Time would move on for them, but not this house. No matter what happened beyond its walls the house did not change. No matter the fall of the night or the baking of the sun, this was a home that stood through it all. The piles of misplaced things added to the lived in look.
That would be until a pile shook as a dusted and dented blue robot with a cracked yellow light began to rise. It looked at the house with confusion and fear. No eyes could be seen from it but the motions were clear to be looking for something.
Bolting from the house it did not know of the sunken eyes that followed it before the whistling began to form on the wind.
The Internet Man
by Matthew (Handsome Johanson)
Sure I’ve had my run-ins with jerks and malcontents, but for the most part I can’t really complain. Instead of this concrete outside force pushing me away, I have this never-ending nebulous pressure coming from deep within myself. This something is pushing from deep within my soul, pointing to the horrifying fact that despite my friends and family, I still don’t belong in a society.
I get back home from a night out with friends and immediately retreat to the internet. This place, full of every culture, every interest, every type of person, feels more like home than anything in the real world ever could. I immediately begin browsing through the various sites I hit up everyday. Checking post’s likes, replying to comments, checking video performance, responding to a dumb meme in discord, I was on my usual route when I stopped in my tracks.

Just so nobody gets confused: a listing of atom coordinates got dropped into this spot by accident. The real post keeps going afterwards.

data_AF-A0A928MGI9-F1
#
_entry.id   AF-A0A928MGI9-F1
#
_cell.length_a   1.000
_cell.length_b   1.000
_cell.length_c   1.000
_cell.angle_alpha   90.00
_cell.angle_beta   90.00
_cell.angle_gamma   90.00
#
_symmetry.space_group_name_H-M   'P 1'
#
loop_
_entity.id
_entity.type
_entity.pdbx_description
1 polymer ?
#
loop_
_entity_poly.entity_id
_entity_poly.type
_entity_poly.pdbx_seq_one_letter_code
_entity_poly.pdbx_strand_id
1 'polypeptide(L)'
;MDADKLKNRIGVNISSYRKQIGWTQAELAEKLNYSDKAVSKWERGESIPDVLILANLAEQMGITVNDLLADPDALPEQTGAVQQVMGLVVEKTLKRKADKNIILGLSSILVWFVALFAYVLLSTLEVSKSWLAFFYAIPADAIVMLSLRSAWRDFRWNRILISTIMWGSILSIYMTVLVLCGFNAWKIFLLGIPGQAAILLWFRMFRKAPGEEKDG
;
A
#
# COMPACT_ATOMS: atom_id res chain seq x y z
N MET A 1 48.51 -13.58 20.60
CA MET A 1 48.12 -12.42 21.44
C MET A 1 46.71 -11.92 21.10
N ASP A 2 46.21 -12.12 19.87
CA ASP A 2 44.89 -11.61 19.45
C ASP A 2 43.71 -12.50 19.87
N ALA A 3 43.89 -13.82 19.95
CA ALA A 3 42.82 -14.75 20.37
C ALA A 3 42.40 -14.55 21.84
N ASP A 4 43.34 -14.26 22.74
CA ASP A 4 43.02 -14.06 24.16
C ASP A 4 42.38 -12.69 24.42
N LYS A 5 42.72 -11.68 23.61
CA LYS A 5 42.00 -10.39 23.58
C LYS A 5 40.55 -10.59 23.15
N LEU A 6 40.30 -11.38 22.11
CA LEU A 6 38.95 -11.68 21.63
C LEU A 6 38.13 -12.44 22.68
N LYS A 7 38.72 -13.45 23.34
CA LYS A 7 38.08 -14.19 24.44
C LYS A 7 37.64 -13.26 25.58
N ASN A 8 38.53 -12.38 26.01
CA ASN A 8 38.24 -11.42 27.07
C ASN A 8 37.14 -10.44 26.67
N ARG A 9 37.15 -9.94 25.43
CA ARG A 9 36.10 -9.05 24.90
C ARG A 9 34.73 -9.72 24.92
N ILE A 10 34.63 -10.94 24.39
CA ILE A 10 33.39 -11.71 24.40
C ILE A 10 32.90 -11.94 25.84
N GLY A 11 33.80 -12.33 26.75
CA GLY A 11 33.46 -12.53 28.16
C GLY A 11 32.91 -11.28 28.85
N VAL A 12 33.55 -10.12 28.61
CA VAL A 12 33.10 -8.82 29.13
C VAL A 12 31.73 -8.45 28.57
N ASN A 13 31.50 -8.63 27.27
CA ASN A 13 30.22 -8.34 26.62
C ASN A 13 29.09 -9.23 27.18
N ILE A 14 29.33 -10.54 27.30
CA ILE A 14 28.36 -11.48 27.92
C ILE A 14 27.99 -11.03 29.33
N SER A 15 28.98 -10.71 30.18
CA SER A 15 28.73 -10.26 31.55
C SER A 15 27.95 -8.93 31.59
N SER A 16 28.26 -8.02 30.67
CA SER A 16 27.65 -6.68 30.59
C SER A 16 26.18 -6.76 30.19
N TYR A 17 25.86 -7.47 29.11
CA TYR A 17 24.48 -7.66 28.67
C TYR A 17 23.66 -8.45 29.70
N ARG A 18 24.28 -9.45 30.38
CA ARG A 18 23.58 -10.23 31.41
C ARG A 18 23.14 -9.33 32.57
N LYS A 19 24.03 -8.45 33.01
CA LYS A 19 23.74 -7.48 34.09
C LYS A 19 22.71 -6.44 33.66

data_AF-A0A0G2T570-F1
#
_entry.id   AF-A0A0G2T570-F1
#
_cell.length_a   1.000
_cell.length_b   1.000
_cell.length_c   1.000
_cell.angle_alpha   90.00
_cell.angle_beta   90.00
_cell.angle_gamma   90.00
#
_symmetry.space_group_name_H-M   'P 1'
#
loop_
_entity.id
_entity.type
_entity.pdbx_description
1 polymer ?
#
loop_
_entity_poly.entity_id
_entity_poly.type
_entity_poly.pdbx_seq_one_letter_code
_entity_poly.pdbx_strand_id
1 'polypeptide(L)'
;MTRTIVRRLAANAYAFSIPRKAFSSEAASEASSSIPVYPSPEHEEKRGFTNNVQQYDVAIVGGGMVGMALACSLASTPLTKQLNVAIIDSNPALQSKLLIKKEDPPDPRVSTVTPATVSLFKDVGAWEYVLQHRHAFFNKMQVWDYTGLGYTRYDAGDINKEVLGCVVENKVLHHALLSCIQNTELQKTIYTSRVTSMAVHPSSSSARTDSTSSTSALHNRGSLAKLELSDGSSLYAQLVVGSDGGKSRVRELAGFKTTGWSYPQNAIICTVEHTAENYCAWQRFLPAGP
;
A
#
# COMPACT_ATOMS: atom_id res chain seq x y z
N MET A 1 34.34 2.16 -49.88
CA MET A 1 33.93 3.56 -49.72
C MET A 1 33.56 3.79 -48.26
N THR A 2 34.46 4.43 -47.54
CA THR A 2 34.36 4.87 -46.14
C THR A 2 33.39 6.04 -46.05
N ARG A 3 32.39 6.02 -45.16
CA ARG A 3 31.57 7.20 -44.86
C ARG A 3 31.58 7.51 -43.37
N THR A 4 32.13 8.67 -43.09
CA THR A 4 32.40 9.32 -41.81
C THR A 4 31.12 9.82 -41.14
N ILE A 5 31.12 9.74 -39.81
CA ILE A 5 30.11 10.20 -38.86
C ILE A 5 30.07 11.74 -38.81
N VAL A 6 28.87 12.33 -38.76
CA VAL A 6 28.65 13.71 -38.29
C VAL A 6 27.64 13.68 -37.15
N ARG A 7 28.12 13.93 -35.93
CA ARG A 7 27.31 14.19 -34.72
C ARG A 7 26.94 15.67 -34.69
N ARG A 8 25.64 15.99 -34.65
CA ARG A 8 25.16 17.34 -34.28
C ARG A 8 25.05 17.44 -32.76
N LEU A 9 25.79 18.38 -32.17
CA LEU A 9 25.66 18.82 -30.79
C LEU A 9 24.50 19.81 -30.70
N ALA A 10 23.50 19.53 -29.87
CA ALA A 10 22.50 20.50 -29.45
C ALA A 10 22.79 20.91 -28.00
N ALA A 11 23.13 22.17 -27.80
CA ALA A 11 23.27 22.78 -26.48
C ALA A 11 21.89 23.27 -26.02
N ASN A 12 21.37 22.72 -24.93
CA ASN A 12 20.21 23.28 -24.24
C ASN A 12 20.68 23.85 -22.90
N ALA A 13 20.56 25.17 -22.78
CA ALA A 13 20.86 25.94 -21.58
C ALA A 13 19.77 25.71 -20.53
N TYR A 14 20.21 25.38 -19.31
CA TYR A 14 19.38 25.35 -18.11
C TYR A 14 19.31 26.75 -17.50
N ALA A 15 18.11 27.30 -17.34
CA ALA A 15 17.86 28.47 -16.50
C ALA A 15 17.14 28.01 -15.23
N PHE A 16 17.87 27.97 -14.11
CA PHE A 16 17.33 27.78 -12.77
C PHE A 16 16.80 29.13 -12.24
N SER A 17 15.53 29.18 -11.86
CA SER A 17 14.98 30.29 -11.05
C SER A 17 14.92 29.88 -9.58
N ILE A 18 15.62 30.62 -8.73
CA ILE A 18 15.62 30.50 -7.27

I had unthinkingly clicked an ad, and my screen immediately went dark. I stare at it for a moment, before panickingly trying to reset the computer. When I look back at the screen, it is glowing. And, in an instant I felt myself lose consciousness.
When I awake, I am very clearly not in my room anymore. I look around, and only see a single person in a sea of static. As I approach him, he addresses me.
“Hello. I am the computer man.” He does a little dance. “I am your friend.”
“Uhhhh sure. What is this place?”
“This is the internet. Would you like to explore it with me?”
“…are you sure?”
“Ugh, fine. Come along.”
Pale streaks of orange and pink coalesced on the horizon. A few stars dotted the sky. Warm wind whistled through high treetops.
A little girl skipped along, white pigtails bouncing, as her parents walked the quiet suburban sidewalk.
“I still don’t understand why we have to visit EVERY time someone new moves here.” She made a sour face.
“It’s polite, Krista,” her mother explained.
“It lets the person know that they’re welcome,” her father added.
Krista shrugged with a sigh.
The house came into view. The small porch was crowded with gifts similar to what Krista’s mother held.
Once at the door, Krista’s father rang the bell. They heard the chime echo throughout the interior.